Great summary on UX
I’ve been a Tumblr user for some time and one of your random-things-that-I-see-on-the-interwebs-not-want-to-show-off-on-twitter type of folk, but I recently saw for the first time Tumblr Tuesday – a campaign to recommend users, which is the next step from following and getting followed on Tumblr. I thought it was a very deft way to get users to engage on some of Tumblr’s tools, which I never really bother using (which they were very smart to rid of the their Tumblrarity ranking – or will it come back after they aggregate the recommendations?). This also brought me towards Tumbr’s take on Directories.
Tumblr continues to do a very impressive job on a simple user interface throughout both the recommendation panel and the directories. And the best part is the Less is More mentality of only recommending one tumblr account. That’s pretty priceless when you think about it.
My son and I just finished playing New Super Mario Bros. We’ve just reached World 7- we actually reached World 8 but had a painful save snafu (long story) and had to essentially start over. Anyway, playing Super Mario Bros reminded me of a conversation with someone I had met on my return trip from SXSW about the location wars between Gowalla and Foursquare. My planemate happened to be a highly regarded head of design at a well-known startup, and made a very astute observation about how the gameplay in Gowalla’s stamp, pin and items pickup experience had a better longevity rate than Foursquare’s badges of honor. He made the comparison of Gowalla with Oregon Trail against Foursquare’s Super Mario, where you’d reached the end of the eventual round by beating one of the “bosses” to get to the next level, what happens when you achieve all your badges? You wait until the next set of badges come to play. Or you stop playing.
Reviewing my own use of Gowalla and Foursquare, I realized then that I really stopped being interested in the gameplay of both apps. Since foursquare came out first, the game play of earning badges got me hooked as an early adopter, and then I eventually lost my addiction of mayorships (although it’s nice to observe that you still happen to be the mayor of le web in Paris – which of course, won’t last for very long once a certain boss sees this post…).
I did an unfair experiment with Gowalla when I decided to let Gowalla be my exclusive friend app, meaning I only friend people I knew, whereas foursquare I friended almost anyone that invited or friended me. I thought I would try to be a little more intimate with Gowalla, but after reviewing the gameplay and the user flow, I realize that Gowalla would have been more effective as a more openly social gameplay (particularly with the ability to drop and pick up items) geo-location app, and foursquare as a more intimate geo-location app. One of the more social connections I like about Gowalla is there integration with FaceBook, where updates seem more FB fitting.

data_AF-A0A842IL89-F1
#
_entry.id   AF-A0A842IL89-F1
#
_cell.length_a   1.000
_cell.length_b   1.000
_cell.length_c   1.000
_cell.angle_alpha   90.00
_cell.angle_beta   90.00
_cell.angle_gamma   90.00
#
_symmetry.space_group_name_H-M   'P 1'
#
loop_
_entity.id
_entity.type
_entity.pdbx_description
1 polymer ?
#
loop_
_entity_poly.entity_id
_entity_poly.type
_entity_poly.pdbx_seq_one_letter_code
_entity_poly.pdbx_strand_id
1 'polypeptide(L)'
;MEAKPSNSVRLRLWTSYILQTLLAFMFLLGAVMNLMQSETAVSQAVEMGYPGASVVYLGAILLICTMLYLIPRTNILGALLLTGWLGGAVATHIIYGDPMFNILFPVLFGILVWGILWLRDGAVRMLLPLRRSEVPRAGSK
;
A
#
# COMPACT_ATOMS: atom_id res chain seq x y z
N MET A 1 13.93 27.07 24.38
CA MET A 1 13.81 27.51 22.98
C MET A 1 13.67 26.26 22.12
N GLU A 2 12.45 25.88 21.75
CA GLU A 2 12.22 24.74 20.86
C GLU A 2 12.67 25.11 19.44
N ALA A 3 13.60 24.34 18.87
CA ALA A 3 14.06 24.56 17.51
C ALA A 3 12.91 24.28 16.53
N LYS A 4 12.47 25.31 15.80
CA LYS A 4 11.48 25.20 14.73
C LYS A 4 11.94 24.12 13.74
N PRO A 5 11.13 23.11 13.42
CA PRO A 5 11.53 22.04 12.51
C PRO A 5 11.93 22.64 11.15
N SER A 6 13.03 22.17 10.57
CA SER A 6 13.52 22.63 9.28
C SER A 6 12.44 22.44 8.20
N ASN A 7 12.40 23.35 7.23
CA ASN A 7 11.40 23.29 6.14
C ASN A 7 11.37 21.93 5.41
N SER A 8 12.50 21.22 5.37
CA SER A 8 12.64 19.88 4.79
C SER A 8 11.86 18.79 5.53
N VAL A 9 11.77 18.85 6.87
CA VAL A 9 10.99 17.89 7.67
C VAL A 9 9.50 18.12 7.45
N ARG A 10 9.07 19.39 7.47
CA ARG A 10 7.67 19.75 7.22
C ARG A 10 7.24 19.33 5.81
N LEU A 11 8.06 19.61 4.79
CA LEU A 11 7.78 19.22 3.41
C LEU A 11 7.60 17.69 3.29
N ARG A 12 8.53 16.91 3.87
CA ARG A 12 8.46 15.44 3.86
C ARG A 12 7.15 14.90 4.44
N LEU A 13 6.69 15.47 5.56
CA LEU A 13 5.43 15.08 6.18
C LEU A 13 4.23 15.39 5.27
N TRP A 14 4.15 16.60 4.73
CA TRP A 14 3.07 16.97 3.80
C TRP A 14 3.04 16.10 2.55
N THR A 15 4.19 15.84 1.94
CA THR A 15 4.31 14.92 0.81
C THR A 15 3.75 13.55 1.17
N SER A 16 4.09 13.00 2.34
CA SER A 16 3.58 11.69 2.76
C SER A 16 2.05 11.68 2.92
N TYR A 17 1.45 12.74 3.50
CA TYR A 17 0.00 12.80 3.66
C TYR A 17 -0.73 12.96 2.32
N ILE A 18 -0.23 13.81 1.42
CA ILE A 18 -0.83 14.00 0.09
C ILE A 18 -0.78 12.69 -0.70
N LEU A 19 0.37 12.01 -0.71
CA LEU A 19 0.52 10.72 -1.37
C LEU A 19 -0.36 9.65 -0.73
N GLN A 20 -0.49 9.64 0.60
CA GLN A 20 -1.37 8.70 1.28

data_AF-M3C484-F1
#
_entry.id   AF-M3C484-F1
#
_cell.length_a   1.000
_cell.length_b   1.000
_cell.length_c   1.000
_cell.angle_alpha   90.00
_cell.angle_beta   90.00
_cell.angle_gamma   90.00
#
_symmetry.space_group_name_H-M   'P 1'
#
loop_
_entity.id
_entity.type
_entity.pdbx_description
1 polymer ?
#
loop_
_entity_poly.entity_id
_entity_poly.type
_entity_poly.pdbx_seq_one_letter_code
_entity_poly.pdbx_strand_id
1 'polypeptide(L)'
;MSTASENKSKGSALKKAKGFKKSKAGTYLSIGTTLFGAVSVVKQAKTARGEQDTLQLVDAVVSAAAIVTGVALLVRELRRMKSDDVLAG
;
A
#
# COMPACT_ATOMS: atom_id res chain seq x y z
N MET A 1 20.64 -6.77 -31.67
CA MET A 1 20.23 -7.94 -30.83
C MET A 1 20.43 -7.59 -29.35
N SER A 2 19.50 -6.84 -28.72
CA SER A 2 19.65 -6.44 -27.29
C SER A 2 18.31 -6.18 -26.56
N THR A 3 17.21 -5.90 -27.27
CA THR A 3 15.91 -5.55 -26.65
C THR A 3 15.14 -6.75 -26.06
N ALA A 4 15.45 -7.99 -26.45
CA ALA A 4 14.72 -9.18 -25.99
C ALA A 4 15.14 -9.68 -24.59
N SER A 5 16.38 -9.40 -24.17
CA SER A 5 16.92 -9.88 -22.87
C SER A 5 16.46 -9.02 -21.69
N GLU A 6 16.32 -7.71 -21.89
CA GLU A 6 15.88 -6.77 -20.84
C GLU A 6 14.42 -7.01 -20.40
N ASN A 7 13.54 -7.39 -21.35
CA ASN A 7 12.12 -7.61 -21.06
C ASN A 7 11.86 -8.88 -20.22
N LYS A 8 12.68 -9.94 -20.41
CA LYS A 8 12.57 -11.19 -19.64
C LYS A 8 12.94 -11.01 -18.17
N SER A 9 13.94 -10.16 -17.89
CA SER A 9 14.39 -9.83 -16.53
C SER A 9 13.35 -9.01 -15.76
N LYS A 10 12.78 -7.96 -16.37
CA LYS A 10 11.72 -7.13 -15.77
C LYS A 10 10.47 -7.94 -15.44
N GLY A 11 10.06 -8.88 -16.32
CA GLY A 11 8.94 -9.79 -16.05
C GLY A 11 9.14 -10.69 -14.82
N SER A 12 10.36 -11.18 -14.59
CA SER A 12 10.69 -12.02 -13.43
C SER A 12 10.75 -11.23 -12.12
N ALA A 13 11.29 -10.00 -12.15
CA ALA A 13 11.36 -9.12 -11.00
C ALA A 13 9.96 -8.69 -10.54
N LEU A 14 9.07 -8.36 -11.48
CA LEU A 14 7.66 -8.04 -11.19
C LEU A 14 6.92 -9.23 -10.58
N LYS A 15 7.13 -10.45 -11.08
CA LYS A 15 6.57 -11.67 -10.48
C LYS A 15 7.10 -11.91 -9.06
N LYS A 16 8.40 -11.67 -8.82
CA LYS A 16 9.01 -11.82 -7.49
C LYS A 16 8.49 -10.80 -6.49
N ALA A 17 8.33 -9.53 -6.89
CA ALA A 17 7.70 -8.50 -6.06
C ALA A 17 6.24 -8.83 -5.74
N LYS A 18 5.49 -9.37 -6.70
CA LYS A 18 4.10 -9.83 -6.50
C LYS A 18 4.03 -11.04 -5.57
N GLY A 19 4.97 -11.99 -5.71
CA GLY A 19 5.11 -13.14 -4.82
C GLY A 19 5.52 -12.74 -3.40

With the social aspect of both applications, it seems that with foursquare, I find I’m more attracted to see where my friends are at and review the tips and todo’s more than Gowalla, whereas I feel Gowalla’s interface allows me to build friends online. Ironically, foursquare should have been my Facebook (with more intimate close friends and acquaintances) while Gowalla should have been my Twitter (openly social). I don’t know how I will play this out, but I’ll still continue to play with both, and perhaps try to give it some equal time since they each have their own distinctive gameplays. Maybe I should try to look for an Oregon Trail game to play, and see how I feel about that…
Luke Wroblewski from LukeW Designs and a leading design leader in the field for User Experience put up a post on the growth of social networking on the mobile platform. I’m surprised that there wasn’t an infographic on it, but the recent details was pretty impressive. A couple of points highlighted were.
- Access to Facebook via mobile browser grew 112% in the past year to 25.1 million users in January 2010.
- Access to Twitter via mobile browser experienced a 347% jump to 4.7 million users in January 2010.
The complete blog is here: http://www.lukew.com/ff/entry.asp?1013
Check it out and some of his other posts.
With the Windows Mobile coming out and the growth of Geo Location technology and subsequent apps to follow, it’s clear that mobile’s moving fast. As for the numbers, I think I’ll play around with the data and put it on the template infographic – let’s see how this turns out.
Let’s face it: Infographs are sexy, turning heads (or producing clicks and views), and creating retweets. I certain have the standard sites in my google reader: Information Aesthetics, Flowing Data, Cool Infographics, Infographic News, DataViz, Visual Complexity…
Nathan Yau of Flowing Data put up this great post last month highlighting the obvious. I think I’ll try to whip up something following this formula.
One of my favorite blogs just came out with some updates and a redesign.
Inspire UX, a blog that highlights quotes on User Experience, Design, and Information Architecture is developed by Catriona Cornett, a UX strategist. Also included in the redesign is an archive gallery and a feature to submit your own quote on the sidebar.
It’s a really nice blog to manage noted quotes of UX leaders like Jakob Nielsen, Kathy Sierra and Jeffery Zeldman. Kudos to Catriona.
12 Consumer Values (via David Armano)